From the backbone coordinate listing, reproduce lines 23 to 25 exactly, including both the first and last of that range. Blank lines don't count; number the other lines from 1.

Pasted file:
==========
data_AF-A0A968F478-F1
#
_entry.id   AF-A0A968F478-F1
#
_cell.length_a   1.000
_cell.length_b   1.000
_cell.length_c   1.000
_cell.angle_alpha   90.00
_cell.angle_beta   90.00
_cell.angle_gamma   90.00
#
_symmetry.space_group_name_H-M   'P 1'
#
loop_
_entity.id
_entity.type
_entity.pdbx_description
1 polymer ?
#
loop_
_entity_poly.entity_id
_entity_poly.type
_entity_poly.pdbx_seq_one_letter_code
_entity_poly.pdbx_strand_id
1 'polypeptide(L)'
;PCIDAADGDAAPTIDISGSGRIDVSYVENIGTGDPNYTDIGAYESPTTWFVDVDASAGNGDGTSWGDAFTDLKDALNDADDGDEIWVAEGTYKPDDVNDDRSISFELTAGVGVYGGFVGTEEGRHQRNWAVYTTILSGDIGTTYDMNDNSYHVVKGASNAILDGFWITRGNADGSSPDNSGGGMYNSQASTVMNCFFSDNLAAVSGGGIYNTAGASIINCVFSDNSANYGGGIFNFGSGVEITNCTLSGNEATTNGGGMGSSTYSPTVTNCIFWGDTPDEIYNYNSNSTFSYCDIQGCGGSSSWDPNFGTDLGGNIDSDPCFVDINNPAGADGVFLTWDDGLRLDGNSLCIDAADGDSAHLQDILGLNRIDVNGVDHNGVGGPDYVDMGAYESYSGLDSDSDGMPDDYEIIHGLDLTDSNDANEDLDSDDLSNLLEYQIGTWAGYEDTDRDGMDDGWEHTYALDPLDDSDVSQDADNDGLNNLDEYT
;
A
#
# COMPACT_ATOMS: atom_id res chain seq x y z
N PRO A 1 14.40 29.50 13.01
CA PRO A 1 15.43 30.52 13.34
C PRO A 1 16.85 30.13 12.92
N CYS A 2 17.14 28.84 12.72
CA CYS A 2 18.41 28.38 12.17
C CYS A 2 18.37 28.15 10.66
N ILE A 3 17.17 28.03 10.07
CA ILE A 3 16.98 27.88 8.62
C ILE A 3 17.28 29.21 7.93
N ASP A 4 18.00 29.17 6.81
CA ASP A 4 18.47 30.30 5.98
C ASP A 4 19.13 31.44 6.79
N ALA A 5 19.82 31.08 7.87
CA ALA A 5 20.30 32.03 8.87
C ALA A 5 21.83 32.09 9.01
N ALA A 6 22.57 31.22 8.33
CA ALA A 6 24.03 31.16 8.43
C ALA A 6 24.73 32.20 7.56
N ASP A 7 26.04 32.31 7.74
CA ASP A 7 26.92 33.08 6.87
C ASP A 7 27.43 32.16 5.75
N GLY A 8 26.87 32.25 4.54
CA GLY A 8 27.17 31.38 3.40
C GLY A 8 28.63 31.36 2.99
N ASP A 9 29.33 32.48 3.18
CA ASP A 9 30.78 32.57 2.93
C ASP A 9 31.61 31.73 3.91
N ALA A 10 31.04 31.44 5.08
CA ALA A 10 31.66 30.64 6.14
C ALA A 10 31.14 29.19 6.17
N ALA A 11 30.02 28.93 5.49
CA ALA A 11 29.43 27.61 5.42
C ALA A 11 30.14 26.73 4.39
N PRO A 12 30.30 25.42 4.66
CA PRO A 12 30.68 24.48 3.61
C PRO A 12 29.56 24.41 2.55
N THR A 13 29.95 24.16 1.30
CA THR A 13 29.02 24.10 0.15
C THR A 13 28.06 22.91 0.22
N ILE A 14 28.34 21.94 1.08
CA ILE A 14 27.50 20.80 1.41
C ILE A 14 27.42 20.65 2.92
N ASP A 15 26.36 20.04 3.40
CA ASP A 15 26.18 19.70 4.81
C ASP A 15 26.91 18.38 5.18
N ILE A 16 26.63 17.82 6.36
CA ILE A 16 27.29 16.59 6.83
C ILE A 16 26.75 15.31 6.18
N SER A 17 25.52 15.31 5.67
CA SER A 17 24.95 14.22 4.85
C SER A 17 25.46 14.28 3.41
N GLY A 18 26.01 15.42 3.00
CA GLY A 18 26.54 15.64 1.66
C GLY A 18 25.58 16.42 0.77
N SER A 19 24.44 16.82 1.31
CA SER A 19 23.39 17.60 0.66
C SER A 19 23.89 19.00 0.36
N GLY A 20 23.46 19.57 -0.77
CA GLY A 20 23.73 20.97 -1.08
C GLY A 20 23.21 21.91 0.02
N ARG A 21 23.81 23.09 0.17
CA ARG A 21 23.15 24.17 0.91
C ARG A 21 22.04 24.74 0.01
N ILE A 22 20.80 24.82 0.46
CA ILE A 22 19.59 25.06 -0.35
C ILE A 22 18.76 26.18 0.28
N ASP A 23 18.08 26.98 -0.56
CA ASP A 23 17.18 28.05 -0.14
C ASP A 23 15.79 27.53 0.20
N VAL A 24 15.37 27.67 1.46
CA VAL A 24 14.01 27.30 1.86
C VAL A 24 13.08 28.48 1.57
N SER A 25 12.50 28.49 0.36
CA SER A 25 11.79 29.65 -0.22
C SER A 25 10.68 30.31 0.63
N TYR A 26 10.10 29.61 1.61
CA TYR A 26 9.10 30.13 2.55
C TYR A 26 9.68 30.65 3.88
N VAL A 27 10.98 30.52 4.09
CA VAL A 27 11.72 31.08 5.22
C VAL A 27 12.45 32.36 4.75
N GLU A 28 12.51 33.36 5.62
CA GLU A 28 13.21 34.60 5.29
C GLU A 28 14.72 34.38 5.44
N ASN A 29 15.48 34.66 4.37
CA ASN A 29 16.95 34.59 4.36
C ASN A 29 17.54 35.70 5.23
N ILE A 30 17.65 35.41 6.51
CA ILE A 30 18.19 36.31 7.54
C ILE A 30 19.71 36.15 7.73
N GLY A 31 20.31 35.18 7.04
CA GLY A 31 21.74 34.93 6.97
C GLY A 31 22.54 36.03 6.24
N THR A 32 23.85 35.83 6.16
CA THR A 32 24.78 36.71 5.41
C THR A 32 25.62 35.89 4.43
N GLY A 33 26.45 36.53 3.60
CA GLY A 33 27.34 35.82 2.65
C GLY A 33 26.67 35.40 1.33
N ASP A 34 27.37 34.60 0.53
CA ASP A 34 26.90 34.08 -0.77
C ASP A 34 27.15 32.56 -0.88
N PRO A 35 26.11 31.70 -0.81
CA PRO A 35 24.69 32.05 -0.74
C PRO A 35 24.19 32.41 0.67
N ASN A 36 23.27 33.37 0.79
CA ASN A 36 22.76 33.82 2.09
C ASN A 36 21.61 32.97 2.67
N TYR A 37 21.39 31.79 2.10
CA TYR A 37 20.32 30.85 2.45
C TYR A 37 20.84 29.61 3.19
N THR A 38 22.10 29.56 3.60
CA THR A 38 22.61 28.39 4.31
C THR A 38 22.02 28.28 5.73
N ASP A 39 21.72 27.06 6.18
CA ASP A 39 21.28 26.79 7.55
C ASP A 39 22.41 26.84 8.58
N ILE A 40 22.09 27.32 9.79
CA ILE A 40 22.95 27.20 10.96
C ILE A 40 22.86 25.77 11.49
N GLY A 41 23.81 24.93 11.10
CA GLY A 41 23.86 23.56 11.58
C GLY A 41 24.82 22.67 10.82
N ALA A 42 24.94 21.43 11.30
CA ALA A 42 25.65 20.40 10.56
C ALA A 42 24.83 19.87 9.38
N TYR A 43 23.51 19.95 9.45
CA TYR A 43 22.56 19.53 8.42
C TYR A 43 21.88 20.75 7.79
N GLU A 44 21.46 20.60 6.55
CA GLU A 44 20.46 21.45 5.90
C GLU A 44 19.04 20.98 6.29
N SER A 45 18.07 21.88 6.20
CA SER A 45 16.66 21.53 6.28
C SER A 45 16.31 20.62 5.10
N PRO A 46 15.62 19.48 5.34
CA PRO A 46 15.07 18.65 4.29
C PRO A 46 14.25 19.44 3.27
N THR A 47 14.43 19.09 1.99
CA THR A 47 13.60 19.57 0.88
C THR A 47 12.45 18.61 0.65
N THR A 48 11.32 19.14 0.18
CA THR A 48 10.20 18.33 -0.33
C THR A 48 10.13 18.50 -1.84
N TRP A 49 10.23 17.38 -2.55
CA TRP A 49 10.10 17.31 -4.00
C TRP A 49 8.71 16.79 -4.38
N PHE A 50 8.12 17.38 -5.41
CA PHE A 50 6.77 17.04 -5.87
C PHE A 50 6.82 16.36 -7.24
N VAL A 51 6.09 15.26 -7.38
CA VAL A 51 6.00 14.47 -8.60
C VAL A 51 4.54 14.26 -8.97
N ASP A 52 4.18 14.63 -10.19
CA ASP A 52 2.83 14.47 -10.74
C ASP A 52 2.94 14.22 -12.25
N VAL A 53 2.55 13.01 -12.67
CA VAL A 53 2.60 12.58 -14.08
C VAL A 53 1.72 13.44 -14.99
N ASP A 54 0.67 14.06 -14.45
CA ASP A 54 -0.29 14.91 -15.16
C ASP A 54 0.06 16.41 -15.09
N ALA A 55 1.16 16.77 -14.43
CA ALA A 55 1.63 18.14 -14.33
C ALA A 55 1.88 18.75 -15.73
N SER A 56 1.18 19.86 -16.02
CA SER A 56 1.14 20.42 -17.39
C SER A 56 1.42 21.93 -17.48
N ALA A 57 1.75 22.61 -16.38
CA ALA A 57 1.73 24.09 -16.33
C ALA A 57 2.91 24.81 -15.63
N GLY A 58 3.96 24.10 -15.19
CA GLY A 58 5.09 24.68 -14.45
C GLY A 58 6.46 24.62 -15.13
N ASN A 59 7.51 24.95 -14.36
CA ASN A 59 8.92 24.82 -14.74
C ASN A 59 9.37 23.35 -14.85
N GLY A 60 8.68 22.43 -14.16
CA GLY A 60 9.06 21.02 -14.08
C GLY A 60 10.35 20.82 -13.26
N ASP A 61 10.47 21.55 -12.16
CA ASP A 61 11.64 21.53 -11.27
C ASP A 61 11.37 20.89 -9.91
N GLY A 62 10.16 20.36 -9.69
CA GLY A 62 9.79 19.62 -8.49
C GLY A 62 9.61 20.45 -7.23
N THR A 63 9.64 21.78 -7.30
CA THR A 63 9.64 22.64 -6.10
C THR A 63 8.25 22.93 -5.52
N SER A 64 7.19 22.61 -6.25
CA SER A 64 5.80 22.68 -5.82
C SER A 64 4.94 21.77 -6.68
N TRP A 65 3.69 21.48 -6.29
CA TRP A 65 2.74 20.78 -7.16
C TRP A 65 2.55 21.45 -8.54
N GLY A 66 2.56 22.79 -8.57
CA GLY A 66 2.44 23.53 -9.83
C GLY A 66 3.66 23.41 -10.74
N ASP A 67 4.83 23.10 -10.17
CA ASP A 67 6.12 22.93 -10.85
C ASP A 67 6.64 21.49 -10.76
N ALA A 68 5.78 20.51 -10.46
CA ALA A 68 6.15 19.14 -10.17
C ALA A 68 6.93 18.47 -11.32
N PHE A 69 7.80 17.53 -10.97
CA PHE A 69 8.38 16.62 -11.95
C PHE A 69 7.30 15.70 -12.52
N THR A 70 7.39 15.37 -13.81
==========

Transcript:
_entity_poly.pdbx_seq_one_letter_code
_entity_poly.pdbx_strand_id
1 'polypeptide(L)'